G.A. Minutes 5-11-13

G.A. Minutes 5-11-13
It’s somewhat chilly and very windy this evening. It takes a couple of tries before we get the fire going. There are many people here, all the chairs are in use and some folks are standing. We have many of the regulars, an occasional Occupier, an Occupier who hasn’t been around for at least a year and several who are here for the first time.
A group of 5 or 6 street people are at the Memorial when we arrive. They are talking and laughing loudly and appear to be very drunk. They notice us, toss a friendly glance our way and continue with their conversation. One young man comes over and sits by the fire. He doesn’t say anything, he’s possibly too drunk to speak but he’s clearly attracted to the fire. His friends finish their beverage and are ready to leave. It looks as though he wants to stay near the flame but his friends won’t allow him to remain so he staggers off.
A regular Occupier tells us an international day of protest against Monsanto is planned for May 25th. A group of Duluthians would like to organize a demonstration for that day and ask if the Occupiers will participate. We will. We are still a little exhausted from the May Day event so offer to play a supporting role. There is a brief discussion of possible venues, the Occupier says he will be meeting later in the evening with people who are initiating this event and get back to us with details.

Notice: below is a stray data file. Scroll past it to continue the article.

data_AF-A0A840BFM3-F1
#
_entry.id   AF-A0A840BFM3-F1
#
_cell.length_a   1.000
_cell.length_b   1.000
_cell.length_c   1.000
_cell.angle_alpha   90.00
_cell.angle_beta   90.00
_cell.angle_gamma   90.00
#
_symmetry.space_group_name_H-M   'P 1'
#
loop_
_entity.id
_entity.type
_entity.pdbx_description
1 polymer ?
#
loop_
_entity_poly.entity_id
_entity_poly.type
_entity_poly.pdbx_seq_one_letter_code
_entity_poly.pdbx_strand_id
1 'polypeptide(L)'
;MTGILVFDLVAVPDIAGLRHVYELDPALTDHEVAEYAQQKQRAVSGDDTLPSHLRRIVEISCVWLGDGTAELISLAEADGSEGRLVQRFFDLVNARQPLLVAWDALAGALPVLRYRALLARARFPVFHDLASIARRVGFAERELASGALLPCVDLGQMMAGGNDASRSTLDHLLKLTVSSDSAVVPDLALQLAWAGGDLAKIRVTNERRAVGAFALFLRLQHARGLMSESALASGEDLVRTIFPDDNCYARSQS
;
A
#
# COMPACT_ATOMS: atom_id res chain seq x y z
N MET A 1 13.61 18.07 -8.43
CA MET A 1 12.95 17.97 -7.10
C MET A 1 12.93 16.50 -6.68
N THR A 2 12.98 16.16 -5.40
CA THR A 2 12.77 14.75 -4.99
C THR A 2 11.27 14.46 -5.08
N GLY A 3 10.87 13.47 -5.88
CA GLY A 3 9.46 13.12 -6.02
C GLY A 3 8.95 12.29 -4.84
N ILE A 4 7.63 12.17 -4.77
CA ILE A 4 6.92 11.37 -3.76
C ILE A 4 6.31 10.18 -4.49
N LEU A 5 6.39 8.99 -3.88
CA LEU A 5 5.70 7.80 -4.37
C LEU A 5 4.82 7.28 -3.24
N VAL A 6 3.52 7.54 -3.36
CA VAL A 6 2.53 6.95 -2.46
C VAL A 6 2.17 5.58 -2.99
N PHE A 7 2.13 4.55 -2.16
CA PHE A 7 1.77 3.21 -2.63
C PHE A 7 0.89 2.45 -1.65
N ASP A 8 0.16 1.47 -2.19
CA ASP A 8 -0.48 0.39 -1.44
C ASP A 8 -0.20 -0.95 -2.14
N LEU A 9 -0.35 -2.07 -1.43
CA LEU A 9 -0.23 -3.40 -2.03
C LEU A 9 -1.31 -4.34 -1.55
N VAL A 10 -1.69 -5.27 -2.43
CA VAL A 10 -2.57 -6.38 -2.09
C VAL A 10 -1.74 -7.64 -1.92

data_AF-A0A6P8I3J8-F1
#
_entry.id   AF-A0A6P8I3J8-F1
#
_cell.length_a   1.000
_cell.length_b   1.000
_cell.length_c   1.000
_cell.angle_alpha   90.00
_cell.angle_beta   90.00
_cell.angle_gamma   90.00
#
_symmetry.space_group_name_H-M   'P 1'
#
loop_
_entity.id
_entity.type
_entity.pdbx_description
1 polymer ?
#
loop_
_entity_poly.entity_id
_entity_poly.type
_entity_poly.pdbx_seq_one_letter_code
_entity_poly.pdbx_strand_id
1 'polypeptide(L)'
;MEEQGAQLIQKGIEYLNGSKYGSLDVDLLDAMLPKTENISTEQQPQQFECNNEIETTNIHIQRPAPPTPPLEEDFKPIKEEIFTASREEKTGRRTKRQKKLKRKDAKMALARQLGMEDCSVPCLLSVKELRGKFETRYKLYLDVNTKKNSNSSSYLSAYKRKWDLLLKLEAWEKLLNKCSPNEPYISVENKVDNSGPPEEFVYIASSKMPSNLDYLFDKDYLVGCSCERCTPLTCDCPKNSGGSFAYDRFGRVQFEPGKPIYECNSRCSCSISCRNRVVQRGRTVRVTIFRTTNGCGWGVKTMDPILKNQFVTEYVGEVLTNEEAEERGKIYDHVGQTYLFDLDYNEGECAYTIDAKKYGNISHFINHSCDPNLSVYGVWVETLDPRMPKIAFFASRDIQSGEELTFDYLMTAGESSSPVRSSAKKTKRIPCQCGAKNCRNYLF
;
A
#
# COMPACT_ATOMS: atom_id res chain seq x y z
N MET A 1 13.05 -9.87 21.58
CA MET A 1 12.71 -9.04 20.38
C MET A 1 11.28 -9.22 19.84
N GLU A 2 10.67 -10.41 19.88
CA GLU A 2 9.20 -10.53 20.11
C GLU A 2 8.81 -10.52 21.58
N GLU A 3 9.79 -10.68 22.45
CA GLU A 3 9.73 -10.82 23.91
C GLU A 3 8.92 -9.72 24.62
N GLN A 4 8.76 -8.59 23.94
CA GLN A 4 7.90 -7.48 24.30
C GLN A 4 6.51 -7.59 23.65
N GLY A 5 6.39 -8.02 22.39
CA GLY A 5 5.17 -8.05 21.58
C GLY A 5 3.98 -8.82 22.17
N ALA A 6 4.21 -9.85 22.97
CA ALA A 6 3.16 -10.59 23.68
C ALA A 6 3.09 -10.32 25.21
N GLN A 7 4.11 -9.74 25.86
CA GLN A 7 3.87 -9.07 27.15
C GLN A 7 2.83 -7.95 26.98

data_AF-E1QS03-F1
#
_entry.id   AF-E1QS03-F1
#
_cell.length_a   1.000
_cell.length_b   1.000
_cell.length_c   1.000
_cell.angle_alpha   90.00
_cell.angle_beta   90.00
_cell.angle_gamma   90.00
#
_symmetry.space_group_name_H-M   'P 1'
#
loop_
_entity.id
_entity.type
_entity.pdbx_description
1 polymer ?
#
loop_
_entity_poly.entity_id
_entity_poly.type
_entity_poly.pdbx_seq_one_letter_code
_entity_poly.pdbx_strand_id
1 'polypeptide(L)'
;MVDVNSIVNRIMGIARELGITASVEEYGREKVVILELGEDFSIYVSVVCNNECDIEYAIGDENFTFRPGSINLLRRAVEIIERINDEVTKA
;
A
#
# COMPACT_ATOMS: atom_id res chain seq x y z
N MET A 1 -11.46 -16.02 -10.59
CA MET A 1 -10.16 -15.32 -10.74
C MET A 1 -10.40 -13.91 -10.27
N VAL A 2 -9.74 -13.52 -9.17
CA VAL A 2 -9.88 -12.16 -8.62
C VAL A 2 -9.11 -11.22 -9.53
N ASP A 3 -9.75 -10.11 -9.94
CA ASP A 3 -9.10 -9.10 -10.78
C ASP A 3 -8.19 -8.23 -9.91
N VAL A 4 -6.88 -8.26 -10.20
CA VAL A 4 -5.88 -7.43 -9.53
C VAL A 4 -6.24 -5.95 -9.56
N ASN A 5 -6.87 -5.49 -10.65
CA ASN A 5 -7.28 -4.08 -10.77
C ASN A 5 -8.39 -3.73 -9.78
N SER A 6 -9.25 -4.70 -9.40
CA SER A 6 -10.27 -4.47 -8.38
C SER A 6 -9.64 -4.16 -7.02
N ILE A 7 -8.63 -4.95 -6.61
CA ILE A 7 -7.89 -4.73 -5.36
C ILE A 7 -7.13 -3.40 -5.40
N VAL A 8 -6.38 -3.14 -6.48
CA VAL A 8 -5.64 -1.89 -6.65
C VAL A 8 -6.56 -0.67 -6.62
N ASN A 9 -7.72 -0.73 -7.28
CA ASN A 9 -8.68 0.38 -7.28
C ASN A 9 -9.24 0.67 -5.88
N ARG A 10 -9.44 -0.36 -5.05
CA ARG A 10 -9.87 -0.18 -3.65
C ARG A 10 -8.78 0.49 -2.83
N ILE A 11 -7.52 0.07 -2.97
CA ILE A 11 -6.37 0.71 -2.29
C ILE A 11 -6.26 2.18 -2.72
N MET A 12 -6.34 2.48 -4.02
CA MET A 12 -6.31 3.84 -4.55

An occasional Occupier tells us about the environmental group Water Legacy. We all know the issue of the proposed Polymet nonferrous mine is of major importance in northern Minnesota. We also know only 3% of the water on the earth is suitable for drinking. This water is rapidly being polluted by various corporations in their quest to extract profits from the Earth’s natural resources. The task of stopping the corporations from destroying the earth and all those who live on it is a daunting task however; it is a task we must take on. All around the world people are fighting corporate attempts to destroy the natural resources of the planet. The corporations rob these resources in an attempt to satisfy an insatiable need for more and more profits. In impoverished countries this theft if accomplished by the barrel of a gun. In wealthier countries it is accomplished by bribes to those in power and lies and false promises to those living on the coveted land. In northern Minnesota, the Polymet Company is proposing to build a copper mine near Hoyt Lakes. There has never been a nonferrous (not iron) mine anywhere in the world that has not severely polluted the water in and around the area of the mine. Northern Minnesota is home to many rivers and streams of clean water. These waterways empty into Lake Superior, the world’s largest source of fresh water. Well, guess what…….. according to Polymet, their mine is not going to pollute. They are engaged in a serious smoke and mirrors campaign in an attempt to convince people of northern Minnesota their mine will bring no pollution, only good jobs. Their claims are false but many are being tricked by their promises. The Water Legacy and many other environmental groups are engaged in a most important battle to save our water for ourselves and for generations to come. We are all fully aware of the life and death issues involved here. The occasional Occupier invites us join the fight and we accept his invitation.